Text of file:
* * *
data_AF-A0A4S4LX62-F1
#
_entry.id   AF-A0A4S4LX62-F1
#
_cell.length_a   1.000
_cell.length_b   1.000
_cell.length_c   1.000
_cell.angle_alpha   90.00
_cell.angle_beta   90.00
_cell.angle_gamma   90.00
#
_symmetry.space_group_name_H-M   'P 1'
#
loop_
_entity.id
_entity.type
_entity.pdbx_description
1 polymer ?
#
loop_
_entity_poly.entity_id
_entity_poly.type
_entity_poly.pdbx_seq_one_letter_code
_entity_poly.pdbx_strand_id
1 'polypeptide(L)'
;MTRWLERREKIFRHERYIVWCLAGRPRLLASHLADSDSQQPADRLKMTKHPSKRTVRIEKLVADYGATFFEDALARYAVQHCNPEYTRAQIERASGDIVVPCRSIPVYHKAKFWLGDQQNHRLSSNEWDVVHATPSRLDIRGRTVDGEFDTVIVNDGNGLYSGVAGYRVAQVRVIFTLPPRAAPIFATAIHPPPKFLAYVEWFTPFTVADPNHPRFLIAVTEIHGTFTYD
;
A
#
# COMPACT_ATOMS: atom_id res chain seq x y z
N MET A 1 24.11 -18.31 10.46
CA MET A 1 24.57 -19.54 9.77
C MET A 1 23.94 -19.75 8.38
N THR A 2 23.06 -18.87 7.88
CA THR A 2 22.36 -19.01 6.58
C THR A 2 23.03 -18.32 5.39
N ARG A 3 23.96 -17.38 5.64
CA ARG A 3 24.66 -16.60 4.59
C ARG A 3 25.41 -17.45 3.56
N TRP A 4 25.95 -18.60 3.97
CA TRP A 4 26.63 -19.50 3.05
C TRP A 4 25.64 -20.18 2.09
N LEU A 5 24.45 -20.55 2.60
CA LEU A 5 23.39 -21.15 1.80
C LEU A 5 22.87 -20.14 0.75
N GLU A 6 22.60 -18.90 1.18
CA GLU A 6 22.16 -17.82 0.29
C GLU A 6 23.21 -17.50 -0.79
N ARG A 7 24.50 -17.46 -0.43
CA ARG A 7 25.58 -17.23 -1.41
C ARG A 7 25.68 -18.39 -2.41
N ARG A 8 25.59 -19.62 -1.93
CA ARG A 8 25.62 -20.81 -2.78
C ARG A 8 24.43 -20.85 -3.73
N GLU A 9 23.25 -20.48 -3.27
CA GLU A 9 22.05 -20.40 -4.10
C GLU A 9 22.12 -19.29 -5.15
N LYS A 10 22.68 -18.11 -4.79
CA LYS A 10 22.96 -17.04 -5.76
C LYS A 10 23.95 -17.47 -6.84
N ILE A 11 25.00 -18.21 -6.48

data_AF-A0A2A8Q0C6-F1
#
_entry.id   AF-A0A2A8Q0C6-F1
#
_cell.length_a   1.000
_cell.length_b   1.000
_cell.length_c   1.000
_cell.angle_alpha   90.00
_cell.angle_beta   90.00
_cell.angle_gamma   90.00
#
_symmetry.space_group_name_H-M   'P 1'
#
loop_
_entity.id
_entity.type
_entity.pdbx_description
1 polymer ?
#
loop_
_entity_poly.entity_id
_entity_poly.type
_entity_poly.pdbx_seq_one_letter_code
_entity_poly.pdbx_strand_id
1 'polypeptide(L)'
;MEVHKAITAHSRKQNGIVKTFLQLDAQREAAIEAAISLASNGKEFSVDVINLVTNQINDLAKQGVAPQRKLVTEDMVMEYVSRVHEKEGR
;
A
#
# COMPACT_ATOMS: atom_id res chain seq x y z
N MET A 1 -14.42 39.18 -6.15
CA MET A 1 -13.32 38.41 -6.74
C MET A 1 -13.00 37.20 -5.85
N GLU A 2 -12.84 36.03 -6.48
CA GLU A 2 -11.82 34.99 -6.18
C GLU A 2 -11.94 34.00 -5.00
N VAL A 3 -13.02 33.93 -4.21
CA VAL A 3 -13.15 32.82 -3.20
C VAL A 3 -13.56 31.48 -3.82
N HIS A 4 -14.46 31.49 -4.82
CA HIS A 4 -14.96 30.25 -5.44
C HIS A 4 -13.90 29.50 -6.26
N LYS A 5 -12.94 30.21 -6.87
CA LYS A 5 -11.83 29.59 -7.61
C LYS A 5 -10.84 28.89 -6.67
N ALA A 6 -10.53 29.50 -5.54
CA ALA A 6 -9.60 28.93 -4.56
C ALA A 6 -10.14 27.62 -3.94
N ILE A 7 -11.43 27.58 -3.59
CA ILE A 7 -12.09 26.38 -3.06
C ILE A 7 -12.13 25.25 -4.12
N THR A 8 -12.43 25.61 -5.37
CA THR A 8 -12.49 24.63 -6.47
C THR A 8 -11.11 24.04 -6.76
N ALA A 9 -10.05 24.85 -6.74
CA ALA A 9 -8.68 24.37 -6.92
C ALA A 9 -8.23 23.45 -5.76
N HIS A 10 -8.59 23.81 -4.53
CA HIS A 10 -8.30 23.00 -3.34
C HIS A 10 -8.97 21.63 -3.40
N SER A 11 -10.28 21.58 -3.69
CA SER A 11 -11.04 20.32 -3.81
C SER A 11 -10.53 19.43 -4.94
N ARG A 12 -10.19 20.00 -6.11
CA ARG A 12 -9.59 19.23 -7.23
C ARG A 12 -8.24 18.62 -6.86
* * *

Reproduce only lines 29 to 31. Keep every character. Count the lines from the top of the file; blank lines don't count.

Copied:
#
# COMPACT_ATOMS: atom_id res chain seq x y z
N MET A 1 24.11 -18.31 10.46